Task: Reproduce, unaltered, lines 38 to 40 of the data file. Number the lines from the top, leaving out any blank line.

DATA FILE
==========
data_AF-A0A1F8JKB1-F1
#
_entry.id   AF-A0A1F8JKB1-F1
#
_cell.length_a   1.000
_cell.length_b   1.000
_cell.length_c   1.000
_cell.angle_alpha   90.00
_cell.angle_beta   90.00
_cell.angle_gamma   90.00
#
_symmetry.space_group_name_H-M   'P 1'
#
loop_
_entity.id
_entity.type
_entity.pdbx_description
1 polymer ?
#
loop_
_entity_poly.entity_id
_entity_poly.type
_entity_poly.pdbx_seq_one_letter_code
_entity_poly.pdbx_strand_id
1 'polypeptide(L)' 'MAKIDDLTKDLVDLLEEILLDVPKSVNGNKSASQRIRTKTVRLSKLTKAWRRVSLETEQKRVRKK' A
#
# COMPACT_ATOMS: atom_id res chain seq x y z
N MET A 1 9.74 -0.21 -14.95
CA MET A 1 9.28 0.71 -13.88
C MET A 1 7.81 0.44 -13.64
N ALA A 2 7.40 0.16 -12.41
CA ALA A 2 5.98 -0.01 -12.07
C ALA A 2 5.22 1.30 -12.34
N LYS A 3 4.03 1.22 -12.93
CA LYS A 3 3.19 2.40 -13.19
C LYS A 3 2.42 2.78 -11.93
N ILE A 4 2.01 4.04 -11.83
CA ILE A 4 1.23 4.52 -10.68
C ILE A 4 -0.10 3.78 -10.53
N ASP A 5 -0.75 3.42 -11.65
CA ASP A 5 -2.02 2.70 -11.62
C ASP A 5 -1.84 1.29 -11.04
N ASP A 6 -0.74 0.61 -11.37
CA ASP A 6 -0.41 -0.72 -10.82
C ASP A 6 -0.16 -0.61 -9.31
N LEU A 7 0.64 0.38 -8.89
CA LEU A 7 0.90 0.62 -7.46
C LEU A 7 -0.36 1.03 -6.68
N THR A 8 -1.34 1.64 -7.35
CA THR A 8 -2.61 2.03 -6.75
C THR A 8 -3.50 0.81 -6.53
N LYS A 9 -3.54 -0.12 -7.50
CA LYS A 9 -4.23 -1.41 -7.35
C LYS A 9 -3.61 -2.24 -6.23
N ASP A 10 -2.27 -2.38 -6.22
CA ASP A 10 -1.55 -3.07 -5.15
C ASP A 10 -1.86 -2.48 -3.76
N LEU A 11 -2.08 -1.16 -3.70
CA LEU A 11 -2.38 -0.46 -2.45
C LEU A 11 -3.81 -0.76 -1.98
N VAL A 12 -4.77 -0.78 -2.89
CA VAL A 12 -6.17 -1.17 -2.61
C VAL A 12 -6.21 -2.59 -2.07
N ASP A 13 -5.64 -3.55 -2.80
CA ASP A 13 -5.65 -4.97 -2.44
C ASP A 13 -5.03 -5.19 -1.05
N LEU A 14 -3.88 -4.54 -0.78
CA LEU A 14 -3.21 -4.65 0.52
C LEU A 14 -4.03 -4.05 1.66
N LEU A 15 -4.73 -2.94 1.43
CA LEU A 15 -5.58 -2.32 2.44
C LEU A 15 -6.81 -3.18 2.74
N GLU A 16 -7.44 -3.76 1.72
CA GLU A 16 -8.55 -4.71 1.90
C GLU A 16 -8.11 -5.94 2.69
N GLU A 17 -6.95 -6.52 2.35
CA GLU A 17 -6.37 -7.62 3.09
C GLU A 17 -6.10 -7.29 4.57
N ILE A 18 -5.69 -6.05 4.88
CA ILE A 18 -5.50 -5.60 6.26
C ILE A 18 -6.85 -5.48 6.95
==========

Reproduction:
CA ILE A 4 1.23 4.52 -10.68
C ILE A 4 -0.10 3.78 -10.53
N ASP A 5 -0.75 3.42 -11.65